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Urine Routine Microscopy

Urine Routine Microscopy

Urine can tell us much about what’s happening inside our bodies. From the kidneys to the bladder, and even other systemic issues, urine is a treasure trove of information. Urine Routine Microscopy is one such essential diagnostic tool that aids in assessing various aspects of your health by analyzing your urine under a microscope.


  • Test Name Urine Routine Microscopy
  • Sample Type Blood
  • Preparations Required
  • Report Time

The Urine Routine Microscopy is a combination of three tests: a visual exam, a chemical exam, and a microscopic exam. The visual exam evaluates the color and clarity of your urine. The chemical exam employs a special stick that changes color when dipped into the urine, and these color changes provide information about the levels of various substances in the urine. The microscopic exam involves observing a small amount of urine under a microscope, assessing for cells, crystals, bacteria, or any other microscopic entities.This comprehensive examination is widely used for several reasons. It can help diagnose urinary tract infections, kidney diseases, and the presence of substances that can form kidney stones. Moreover, it can be used for monitoring patients with chronic urinary system disorders and also help in detecting metabolic disorders.

Specific Instructions:
  • Hydration : Do not overhydrate before the test as very diluted urine may not give accurate results.
  • Clean Catch : When collecting the urine, it is often required to use the “clean-catch” method which involves cleaning the genital area before collection and collecting the midstream urine to minimize contamination.
  • Medications and Supplements : Inform the laboratory personnel or your doctor about any medications or supplements as some can affect the test results.
  • Fasting : Usually not required, but follow any specific instructions from your doctor.
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Home Sample Collection Process
1
Book your convenient slot
Book your convenient slot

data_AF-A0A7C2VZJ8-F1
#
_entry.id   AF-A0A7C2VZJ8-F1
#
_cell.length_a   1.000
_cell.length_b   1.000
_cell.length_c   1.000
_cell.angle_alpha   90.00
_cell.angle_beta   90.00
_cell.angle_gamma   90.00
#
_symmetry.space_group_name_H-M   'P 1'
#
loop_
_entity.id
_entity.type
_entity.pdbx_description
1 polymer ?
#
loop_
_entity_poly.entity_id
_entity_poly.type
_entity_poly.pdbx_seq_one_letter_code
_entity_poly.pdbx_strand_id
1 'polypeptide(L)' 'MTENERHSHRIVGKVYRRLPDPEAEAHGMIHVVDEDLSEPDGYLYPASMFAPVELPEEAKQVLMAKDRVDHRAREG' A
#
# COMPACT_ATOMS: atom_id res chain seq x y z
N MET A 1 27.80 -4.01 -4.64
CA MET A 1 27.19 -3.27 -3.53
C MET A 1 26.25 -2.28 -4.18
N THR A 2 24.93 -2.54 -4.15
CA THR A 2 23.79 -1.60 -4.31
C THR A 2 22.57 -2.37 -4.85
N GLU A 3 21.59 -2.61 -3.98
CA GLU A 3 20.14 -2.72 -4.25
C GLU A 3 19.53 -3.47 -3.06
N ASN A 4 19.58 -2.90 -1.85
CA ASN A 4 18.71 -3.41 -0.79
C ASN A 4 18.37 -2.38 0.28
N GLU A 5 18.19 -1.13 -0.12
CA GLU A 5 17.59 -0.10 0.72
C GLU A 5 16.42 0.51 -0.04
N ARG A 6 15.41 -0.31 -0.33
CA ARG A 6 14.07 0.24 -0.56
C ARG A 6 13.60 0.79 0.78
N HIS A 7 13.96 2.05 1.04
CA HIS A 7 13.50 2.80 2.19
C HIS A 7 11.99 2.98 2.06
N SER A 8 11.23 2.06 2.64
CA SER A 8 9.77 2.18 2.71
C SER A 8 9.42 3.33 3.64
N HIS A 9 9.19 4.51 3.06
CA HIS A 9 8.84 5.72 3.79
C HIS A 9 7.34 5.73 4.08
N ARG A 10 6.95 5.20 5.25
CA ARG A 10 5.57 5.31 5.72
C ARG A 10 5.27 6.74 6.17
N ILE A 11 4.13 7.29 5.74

2
Sample Collection by Phlebotomist
Sample Collection by Phlebotomist
3
Reporting of the sample at lab
Reporting of the sample at lab
4
Download Reports
Download Reports
Frequently Asked Questions

Urine Routine Microscopy is a diagnostic test that involves a detailed analysis of the urine. It includes a visual exam, a chemical exam, and a microscopic exam to assess various components of the urine.

This test is important in diagnosing and monitoring conditions affecting the kidneys and urinary tract, such as urinary tract infections, kidney diseases, and kidney stones. It also helps in identifying some metabolic disorders.

You will need to provide a urine sample. The sample is then visually examined for color and clarity, tested with a dipstick for certain chemicals, and observed under a microscope for cells, crystals, and other substances.

Red blood cells in the urine, or hematuria, could indicate an infection, kidney disease, or in rare cases, a more serious condition. It’s important to consult your doctor for proper evaluation and management.

White blood cells in the urine usually indicate an infection in the urinary tract or kidneys. It signifies that your body is fighting an infection.

Crystals in the urine can be normal in small amounts but could also indicate the presence of kidney stones or a metabolic disorder.

Yes, the test can detect a urinary tract infection by identifying white blood cells, bacteria, or other signs of infection in the urine.

High protein levels in the urine could indicate kidney dysfunction, as healthy kidneys do not allow a significant amount of protein to pass through their filters.

Yes, certain medications can affect the results of urine tests. It’s important to inform the laboratory personnel or your doctor about any medications you are taking.

The frequency of testing depends on your health and any underlying conditions. Your doctor will provide guidance based on your specific health situation.

No, a urine test is not painful. It simply involves urinating into a cup.

Yes, being extremely dehydrated or over-hydrated, strenuous exercise, and certain medications can affect the results.

Normal urine color ranges from pale yellow to deep amber. The color is influenced by the concentration of the urine and substances that are being excreted.

You should consult your primary care doctor who may then refer you to a nephrologist or urologist if necessary.

Yes, you can collect the urine sample at home, but make sure to follow the collection instructions closely to prevent contamination of the sample.

In the quest for maintaining good health, tools like Urine Routine Microscopy are indispensable. Not only can they help in pinpointing a current ailment but can be paramount in preventive care. Take active participation in your health, and remember, knowledge is the first step. Consult your doctor for personalized advice and stay vigilant about your well-being.

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